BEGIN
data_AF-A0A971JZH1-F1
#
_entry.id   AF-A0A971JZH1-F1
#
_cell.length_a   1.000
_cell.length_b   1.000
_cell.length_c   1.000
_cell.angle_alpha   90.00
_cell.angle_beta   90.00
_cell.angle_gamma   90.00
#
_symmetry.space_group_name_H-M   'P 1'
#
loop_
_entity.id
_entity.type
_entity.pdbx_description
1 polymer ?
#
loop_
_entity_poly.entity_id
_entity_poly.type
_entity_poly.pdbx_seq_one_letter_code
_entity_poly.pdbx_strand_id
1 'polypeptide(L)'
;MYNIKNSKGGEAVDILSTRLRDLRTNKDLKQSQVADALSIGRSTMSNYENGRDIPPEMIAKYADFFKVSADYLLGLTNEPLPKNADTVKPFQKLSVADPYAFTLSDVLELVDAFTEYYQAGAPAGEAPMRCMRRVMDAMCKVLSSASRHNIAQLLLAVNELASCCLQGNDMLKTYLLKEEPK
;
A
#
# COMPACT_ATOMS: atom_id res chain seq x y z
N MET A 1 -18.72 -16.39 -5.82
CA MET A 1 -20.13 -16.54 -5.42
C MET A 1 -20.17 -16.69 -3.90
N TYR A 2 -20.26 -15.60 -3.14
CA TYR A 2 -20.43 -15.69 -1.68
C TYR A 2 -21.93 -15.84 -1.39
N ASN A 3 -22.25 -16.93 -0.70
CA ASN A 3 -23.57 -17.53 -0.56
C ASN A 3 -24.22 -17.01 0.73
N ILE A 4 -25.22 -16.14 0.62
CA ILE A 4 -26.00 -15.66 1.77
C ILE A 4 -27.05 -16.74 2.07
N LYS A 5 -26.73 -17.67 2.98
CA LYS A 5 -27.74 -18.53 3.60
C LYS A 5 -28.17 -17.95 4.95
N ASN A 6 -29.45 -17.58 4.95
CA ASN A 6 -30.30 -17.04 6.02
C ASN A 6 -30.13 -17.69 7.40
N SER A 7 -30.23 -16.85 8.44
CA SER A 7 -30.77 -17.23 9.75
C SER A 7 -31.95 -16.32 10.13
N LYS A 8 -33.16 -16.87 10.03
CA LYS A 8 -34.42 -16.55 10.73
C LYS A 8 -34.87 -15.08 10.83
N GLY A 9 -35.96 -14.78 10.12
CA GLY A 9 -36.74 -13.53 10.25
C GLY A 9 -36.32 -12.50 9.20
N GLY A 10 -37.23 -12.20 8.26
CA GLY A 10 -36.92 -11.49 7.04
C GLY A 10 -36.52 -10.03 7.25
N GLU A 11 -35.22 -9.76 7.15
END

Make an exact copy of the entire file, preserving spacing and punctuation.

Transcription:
data_AF-A0A971JZH1-F1
#
_entry.id   AF-A0A971JZH1-F1
#
_cell.length_a   1.000
_cell.length_b   1.000
_cell.length_c   1.000
_cell.angle_alpha   90.00
_cell.angle_beta   90.00
_cell.angle_gamma   90.00
#
_symmetry.space_group_name_H-M   'P 1'
#
loop_
_entity.id
_entity.type
_entity.pdbx_description
1 polymer ?
#
loop_
_entity_poly.entity_id
_entity_poly.type
_entity_poly.pdbx_seq_one_letter_code
_entity_poly.pdbx_strand_id
1 'polypeptide(L)'
;MYNIKNSKGGEAVDILSTRLRDLRTNKDLKQSQVADALSIGRSTMSNYENGRDIPPEMIAKYADFFKVSADYLLGLTNEPLPKNADTVKPFQKLSVADPYAFTLSDVLELVDAFTEYYQAGAPAGEAPMRCMRRVMDAMCKVLSSASRHNIAQLLLAVNELASCCLQGNDMLKTYLLKEEPK
;
A
#
# COMPACT_ATOMS: atom_id res chain seq x y z
N MET A 1 -18.72 -16.39 -5.82
CA MET A 1 -20.13 -16.54 -5.42
C MET A 1 -20.17 -16.69 -3.90
N TYR A 2 -20.26 -15.60 -3.14
CA TYR A 2 -20.43 -15.69 -1.68
C TYR A 2 -21.93 -15.84 -1.39
N ASN A 3 -22.25 -16.93 -0.70
CA ASN A 3 -23.57 -17.53 -0.56
C ASN A 3 -24.22 -17.01 0.73
N ILE A 4 -25.22 -16.14 0.62
CA ILE A 4 -26.00 -15.66 1.77
C ILE A 4 -27.05 -16.74 2.07
N LYS A 5 -26.73 -17.67 2.98
CA LYS A 5 -27.74 -18.53 3.60
C LYS A 5 -28.17 -17.95 4.95
N ASN A 6 -29.45 -17.58 4.95
CA ASN A 6 -30.30 -17.04 6.02
C ASN A 6 -30.13 -17.69 7.40
N SER A 7 -30.23 -16.85 8.44
CA SER A 7 -30.77 -17.23 9.75
C SER A 7 -31.95 -16.32 10.13
N LYS A 8 -33.16 -16.87 10.03
CA LYS A 8 -34.42 -16.55 10.73
C LYS A 8 -34.87 -15.08 10.83
N GLY A 9 -35.96 -14.78 10.12
CA GLY A 9 -36.74 -13.53 10.25
C GLY A 9 -36.32 -12.50 9.20
N GLY A 10 -37.23 -12.20 8.26
CA GLY A 10 -36.92 -11.49 7.04
C GLY A 10 -36.52 -10.03 7.25
N GLU A 11 -35.22 -9.76 7.15